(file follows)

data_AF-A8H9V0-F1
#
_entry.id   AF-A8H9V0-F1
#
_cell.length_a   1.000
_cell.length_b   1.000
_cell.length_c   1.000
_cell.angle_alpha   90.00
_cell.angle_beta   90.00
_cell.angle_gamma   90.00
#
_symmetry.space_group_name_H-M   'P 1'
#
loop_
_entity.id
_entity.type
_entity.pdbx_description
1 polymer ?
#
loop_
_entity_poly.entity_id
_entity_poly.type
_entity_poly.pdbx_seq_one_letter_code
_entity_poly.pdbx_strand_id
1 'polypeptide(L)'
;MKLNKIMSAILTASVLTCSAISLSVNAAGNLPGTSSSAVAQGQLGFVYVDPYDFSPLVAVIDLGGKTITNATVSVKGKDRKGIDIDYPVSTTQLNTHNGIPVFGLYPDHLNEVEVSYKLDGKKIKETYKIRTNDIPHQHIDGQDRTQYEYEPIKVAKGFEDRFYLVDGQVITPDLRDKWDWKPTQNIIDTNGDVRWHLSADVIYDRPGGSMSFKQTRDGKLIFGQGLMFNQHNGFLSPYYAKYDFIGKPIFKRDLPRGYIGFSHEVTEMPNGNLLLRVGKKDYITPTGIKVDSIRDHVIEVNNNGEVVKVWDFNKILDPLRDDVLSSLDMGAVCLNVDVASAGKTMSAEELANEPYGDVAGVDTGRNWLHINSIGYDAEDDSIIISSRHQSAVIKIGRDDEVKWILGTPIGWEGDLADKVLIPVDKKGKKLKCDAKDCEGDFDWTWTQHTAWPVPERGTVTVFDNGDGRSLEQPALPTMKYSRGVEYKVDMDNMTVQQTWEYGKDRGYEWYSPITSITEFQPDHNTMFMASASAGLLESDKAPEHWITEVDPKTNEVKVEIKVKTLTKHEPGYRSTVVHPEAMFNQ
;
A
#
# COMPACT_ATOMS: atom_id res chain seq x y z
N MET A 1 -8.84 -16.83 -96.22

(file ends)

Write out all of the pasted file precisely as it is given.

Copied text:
data_AF-A8H9V0-F1
#
_entry.id   AF-A8H9V0-F1
#
_cell.length_a   1.000
_cell.length_b   1.000
_cell.length_c   1.000
_cell.angle_alpha   90.00
_cell.angle_beta   90.00
_cell.angle_gamma   90.00
#
_symmetry.space_group_name_H-M   'P 1'
#
loop_
_entity.id
_entity.type
_entity.pdbx_description
1 polymer ?
#
loop_
_entity_poly.entity_id
_entity_poly.type
_entity_poly.pdbx_seq_one_letter_code
_entity_poly.pdbx_strand_id
1 'polypeptide(L)'
;MKLNKIMSAILTASVLTCSAISLSVNAAGNLPGTSSSAVAQGQLGFVYVDPYDFSPLVAVIDLGGKTITNATVSVKGKDRKGIDIDYPVSTTQLNTHNGIPVFGLYPDHLNEVEVSYKLDGKKIKETYKIRTNDIPHQHIDGQDRTQYEYEPIKVAKGFEDRFYLVDGQVITPDLRDKWDWKPTQNIIDTNGDVRWHLSADVIYDRPGGSMSFKQTRDGKLIFGQGLMFNQHNGFLSPYYAKYDFIGKPIFKRDLPRGYIGFSHEVTEMPNGNLLLRVGKKDYITPTGIKVDSIRDHVIEVNNNGEVVKVWDFNKILDPLRDDVLSSLDMGAVCLNVDVASAGKTMSAEELANEPYGDVAGVDTGRNWLHINSIGYDAEDDSIIISSRHQSAVIKIGRDDEVKWILGTPIGWEGDLADKVLIPVDKKGKKLKCDAKDCEGDFDWTWTQHTAWPVPERGTVTVFDNGDGRSLEQPALPTMKYSRGVEYKVDMDNMTVQQTWEYGKDRGYEWYSPITSITEFQPDHNTMFMASASAGLLESDKAPEHWITEVDPKTNEVKVEIKVKTLTKHEPGYRSTVVHPEAMFNQ
;
A
#
# COMPACT_ATOMS: atom_id res chain seq x y z
N MET A 1 -8.84 -16.83 -96.22